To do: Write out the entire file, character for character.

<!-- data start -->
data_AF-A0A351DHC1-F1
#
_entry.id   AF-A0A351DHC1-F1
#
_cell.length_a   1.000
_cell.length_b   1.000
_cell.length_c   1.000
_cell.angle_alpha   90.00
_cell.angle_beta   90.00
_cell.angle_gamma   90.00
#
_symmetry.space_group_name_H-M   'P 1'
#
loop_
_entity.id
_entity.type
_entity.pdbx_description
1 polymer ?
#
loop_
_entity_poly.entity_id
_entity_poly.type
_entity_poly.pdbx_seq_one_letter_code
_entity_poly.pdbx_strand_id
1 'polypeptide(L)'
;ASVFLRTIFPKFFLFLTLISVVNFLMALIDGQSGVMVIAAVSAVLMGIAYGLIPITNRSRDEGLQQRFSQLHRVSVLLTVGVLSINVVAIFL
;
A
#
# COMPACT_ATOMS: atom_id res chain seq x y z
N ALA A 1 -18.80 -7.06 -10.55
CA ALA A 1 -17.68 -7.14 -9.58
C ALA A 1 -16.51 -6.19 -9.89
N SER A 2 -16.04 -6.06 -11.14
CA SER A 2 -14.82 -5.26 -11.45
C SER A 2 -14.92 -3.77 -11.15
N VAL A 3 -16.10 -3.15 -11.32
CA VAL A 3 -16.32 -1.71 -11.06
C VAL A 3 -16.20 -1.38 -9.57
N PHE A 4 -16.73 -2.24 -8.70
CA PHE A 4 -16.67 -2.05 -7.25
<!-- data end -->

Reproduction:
data_AF-A0A351DHC1-F1
#
_entry.id   AF-A0A351DHC1-F1
#
_cell.length_a   1.000
_cell.length_b   1.000
_cell.length_c   1.000
_cell.angle_alpha   90.00
_cell.angle_beta   90.00
_cell.angle_gamma   90.00
#
_symmetry.space_group_name_H-M   'P 1'
#
loop_
_entity.id
_entity.type
_entity.pdbx_description
1 polymer ?
#
loop_
_entity_poly.entity_id
_entity_poly.type
_entity_poly.pdbx_seq_one_letter_code
_entity_poly.pdbx_strand_id
1 'polypeptide(L)'
;ASVFLRTIFPKFFLFLTLISVVNFLMALIDGQSGVMVIAAVSAVLMGIAYGLIPITNRSRDEGLQQRFSQLHRVSVLLTVGVLSINVVAIFL
;
A
#
# COMPACT_ATOMS: atom_id res chain seq x y z
N ALA A 1 -18.80 -7.06 -10.55
CA ALA A 1 -17.68 -7.14 -9.58
C ALA A 1 -16.51 -6.19 -9.89
N SER A 2 -16.04 -6.06 -11.14
CA SER A 2 -14.82 -5.26 -11.45
C SER A 2 -14.92 -3.77 -11.15
N VAL A 3 -16.10 -3.15 -11.32
CA VAL A 3 -16.32 -1.71 -11.06
C VAL A 3 -16.20 -1.38 -9.57
N PHE A 4 -16.73 -2.24 -8.70
CA PHE A 4 -16.67 -2.05 -7.25